History has it that Otavaleños have been talented textile makers and businesspeople since ancient times, prior even to the Inca invasion. The textile boom in Otavalo took off in the early 1960’s, when Otavaleños began to use weaving techniques introduced from Scotland.

The weavers diversified their products and soon established themselves throughout the country. Now, with over 80% of the Otavaleños involved in textile industry, products from Otavalo are found in markets around the world.

textiles

Traveling to Otavalo from Quito is a full day excursion. We inquired about the price of a tour bus but soon realized that it would be less expensive to hire a private driver for the four of us.

Upon our arrival in Otavalo, we found parking along the street near the market and began to browse. To my surprise, many of the vendors offered the same thing .. blouses, sashes, and traditional skirts for women as well as plastic toys for young children.

I’d hoped to see a variety of handcrafts and local artwork, but a las, I was disappointed. I learned too late that the best day of the week to hit the market is Saturday. Sadly we were there on a Thursday.

otavalohatsWe did make a few small purchases. Panama Hats are native to Ecuador and can be bought at the market as well as many upscale boutiques and shops throughout the country. My son loves hats and I expected him to come home with one, however, the style that most appealed to him were those worn by the local Otavaleños.

He put his bargaining skills to work and even tried to use a little Spanish. His personal style certainly shines. He turned a lot of heads and many locals admired his hat throughout our journey in the Andes.

 

 

The City of Quito

Having spent a few days in Quito years ago on my own, I wanted to introduce this historic city to my family. We thereby arrived in Quito a few days prior to our expedition (which was to meet in Guayaquil on the 17th of October).

Quito, the capital of Ecuador, was founded in the 16th century on the ruins of an Inca city and stands at an altitude of 2,850 m. The capital city derives its name from the Quitus, who inhabited the region a long time before the Spanish conquest.

Despite the 1917 earthquake, the city has the best-preserved, least altered historic centre in Latin America. The monasteries of San Francisco and Santo Domingo, and the Church and Jesuit College of La Compañía, with their rich interiors, are examples of the ‘Baroque school of Quito’, which is a fusion of Spanish, Italian, Moorish, Flemish and indigenous art.

quitoThe city occupies a small basin in the great central plateau formed by the volcano Pichincha, the Puengasi ridge, and ridges formed by spurs from the eastern side of Pichincha. The houses of Quito are chiefly built in the old Spanish or Moorish style. The building material in general use is sun-dried brick, covered in the better houses with plaster or stucco.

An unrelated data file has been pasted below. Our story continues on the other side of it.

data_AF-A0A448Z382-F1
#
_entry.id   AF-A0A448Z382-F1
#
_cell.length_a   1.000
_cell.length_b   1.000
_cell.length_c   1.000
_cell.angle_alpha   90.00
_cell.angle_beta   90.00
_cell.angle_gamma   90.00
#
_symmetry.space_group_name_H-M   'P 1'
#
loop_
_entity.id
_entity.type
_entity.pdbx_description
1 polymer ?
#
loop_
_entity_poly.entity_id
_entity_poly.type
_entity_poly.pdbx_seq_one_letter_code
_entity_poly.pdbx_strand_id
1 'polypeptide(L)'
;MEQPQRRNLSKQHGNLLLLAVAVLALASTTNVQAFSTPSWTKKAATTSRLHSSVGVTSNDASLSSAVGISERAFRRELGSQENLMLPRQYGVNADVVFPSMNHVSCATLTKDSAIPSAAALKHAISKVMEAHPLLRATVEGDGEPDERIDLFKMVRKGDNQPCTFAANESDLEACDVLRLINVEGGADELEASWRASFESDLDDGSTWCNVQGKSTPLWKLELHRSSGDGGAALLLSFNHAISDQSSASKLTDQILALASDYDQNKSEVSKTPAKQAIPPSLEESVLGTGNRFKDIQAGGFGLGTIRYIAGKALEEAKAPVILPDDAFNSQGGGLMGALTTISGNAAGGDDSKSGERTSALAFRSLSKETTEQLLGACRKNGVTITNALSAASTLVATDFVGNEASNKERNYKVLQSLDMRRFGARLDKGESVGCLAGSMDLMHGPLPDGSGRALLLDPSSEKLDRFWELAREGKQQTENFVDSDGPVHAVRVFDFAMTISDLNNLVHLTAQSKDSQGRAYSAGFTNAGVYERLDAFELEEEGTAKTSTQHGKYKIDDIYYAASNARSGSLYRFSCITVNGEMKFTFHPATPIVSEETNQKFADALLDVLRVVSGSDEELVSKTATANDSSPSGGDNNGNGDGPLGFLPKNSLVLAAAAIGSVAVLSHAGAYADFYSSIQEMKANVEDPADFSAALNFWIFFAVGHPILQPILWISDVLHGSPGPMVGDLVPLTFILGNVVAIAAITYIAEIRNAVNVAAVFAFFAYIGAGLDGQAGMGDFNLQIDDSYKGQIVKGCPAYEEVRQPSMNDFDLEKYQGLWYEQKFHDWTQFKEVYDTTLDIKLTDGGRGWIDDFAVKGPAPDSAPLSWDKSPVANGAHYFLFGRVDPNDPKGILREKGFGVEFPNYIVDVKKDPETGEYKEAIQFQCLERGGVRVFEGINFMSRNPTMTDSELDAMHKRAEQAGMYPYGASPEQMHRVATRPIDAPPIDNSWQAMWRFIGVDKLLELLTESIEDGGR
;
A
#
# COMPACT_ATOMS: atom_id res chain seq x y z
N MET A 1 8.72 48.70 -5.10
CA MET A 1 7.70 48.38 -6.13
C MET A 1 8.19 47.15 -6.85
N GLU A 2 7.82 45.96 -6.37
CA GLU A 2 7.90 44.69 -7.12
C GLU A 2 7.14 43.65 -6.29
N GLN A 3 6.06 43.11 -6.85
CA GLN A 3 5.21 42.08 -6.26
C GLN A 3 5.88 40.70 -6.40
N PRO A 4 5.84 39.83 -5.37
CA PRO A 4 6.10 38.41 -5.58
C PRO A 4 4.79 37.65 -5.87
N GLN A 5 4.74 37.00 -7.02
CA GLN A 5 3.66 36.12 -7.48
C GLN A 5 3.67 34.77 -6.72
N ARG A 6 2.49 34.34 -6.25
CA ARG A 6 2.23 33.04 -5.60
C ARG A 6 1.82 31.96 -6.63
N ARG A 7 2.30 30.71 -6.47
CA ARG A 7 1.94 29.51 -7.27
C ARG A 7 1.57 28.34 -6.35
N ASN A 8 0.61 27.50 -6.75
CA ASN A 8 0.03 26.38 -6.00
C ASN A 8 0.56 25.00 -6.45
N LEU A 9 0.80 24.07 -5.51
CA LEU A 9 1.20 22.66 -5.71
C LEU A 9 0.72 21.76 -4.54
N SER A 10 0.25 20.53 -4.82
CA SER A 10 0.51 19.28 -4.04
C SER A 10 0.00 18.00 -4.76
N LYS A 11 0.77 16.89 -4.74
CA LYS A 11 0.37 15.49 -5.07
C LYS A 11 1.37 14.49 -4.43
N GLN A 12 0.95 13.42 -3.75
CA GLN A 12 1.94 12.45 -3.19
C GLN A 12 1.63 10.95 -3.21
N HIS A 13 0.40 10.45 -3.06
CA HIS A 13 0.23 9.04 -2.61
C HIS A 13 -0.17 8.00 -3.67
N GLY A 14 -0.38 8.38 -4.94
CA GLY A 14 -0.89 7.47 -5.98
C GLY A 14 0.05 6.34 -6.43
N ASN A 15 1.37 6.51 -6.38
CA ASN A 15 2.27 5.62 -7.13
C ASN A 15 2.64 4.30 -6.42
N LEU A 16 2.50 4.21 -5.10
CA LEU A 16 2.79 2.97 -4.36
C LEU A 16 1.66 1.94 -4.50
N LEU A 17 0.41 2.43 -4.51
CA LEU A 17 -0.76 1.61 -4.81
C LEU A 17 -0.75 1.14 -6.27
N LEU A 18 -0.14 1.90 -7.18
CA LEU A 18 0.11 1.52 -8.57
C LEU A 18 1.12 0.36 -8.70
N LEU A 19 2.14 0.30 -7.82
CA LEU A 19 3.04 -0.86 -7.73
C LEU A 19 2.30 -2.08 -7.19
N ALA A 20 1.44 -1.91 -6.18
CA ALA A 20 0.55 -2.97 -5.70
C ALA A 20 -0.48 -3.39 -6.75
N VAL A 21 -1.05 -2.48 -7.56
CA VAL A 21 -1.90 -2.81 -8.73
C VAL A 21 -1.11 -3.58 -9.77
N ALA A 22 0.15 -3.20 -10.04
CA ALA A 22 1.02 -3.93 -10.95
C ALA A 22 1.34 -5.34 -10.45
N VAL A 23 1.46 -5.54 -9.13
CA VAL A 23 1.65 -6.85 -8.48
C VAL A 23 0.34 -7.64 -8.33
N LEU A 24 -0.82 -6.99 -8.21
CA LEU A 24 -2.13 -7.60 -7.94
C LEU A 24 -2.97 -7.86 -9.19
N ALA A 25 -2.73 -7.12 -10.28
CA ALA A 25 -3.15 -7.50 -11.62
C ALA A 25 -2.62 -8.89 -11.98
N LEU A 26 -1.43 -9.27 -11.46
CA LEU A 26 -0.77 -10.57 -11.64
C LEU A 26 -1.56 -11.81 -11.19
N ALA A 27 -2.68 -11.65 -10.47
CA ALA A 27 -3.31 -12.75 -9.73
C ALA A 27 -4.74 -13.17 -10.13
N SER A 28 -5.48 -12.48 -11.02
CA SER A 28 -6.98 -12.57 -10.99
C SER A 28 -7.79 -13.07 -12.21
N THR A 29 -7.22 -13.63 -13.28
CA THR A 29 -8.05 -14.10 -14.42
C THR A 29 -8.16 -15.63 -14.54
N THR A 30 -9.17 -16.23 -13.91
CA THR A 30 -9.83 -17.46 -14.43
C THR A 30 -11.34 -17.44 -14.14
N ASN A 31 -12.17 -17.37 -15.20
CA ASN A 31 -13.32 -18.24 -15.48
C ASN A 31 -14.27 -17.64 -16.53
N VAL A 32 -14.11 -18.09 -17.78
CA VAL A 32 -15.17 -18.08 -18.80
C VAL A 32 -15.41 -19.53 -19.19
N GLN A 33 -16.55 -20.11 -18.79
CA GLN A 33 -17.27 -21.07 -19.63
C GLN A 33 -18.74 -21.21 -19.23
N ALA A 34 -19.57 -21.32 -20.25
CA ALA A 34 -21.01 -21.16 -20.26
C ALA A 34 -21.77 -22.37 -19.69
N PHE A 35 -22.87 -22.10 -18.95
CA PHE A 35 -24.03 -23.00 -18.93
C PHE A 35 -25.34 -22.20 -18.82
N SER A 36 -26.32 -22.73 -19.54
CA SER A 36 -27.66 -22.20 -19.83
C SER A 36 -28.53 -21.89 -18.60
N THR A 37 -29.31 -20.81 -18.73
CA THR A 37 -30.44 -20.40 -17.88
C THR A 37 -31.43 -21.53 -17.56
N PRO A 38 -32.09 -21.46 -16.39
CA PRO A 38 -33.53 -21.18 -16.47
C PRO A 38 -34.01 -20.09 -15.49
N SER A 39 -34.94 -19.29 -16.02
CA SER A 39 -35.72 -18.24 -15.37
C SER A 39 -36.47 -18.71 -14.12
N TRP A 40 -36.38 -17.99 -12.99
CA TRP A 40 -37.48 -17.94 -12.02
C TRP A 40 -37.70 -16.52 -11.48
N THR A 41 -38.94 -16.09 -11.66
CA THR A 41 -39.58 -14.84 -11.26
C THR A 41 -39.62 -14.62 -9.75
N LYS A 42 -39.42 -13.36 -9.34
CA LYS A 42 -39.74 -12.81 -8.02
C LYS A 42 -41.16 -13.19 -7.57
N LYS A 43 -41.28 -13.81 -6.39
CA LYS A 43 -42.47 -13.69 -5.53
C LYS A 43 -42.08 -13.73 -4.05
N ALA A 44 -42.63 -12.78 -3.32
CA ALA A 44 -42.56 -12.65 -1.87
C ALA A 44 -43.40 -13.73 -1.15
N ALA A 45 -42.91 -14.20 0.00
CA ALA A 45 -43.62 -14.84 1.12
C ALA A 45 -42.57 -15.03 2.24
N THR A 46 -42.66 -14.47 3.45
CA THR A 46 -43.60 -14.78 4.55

Upon consulting with the concierge at our hotel, we opted to purchase tickets for the City Bus Tour (hop on hop off). This was a great introduction to the city – enabling us to see some of the famous churches and plazas. We hopped off at only a few places: El Panecillo, La Plaza Grande, y El Teleférico.

El Panecillo is a 200m high hill of volcanic origin with a peak elevation of 3,016m above sea level. The original names used by the aboriginal inhabitants was Yavirac. According to a Jesuit historian, there had been a temple which the indians used to worship the sun; later destroyed by Spanish conquistadores.

In 1976, the Spanish artist Agustín de la Herráan Matorras was commissioned by the religious order of the Oblates to build a 45m tall aluminum monument of a madonna. It is made of 7,000 pieces of aluminum and was inaugurated on 28 Mar 1976 by the 11th Archbishop of Quito.

quito2While enjoying the views from the Panecillo, we purchased a cup of sliced mango. The kids were looking forward to a sweet refreshing treat but to their disgust, discovered the fruit had been sprinkled with salt and lemon .. too sour for their taste.

Our next stop was the La Plaza Grande where we visited the Iglesia de la Compañia de Jesus, did a little shopping, and enjoyed a wonderful Ecuadorian meal at Hasta la Vista Señor. Geneva purchased a poncho here and wrapped herself up in it for much of our trip.

In the photo collage above, you can see Geneva wasn’t very happy. She and Jeffrey had been arguing for much of the morning and just before we snapped this family photo, he had stepped on her foot. Ah, the joys of traveling with kids.

Our last stop was the Teleférico – a gondola lift running from the edge of the city center up the east side of Pichincha Volcano to the lookout Cruz Loma.  It is one of the highest aerial lifts in the world, rising form 3117m to 3945m. Geneva and I actually began to feel the effects of the altitude. My heart felt constricted, I was very winded (hard to catch my breath), and we even a little dizzy. Yikes! We thereby opted not to walk any higher – though Patrick and Jeffrey braved forward.

The view was incredible though. It reminded me a little of the viewpoint in Hong Kong – the infrastructure was there, but it had not been maintained. From my research upon our return home, I learned that the aim was to create an entire mall at its base, with cinemas, coffee shops, and an amusement park. Unfortunately this project eventually fell through (though a small cafe, gift shop, and an amusement park – Vulqano Park, still remain).

 

Rainforest Caterpillars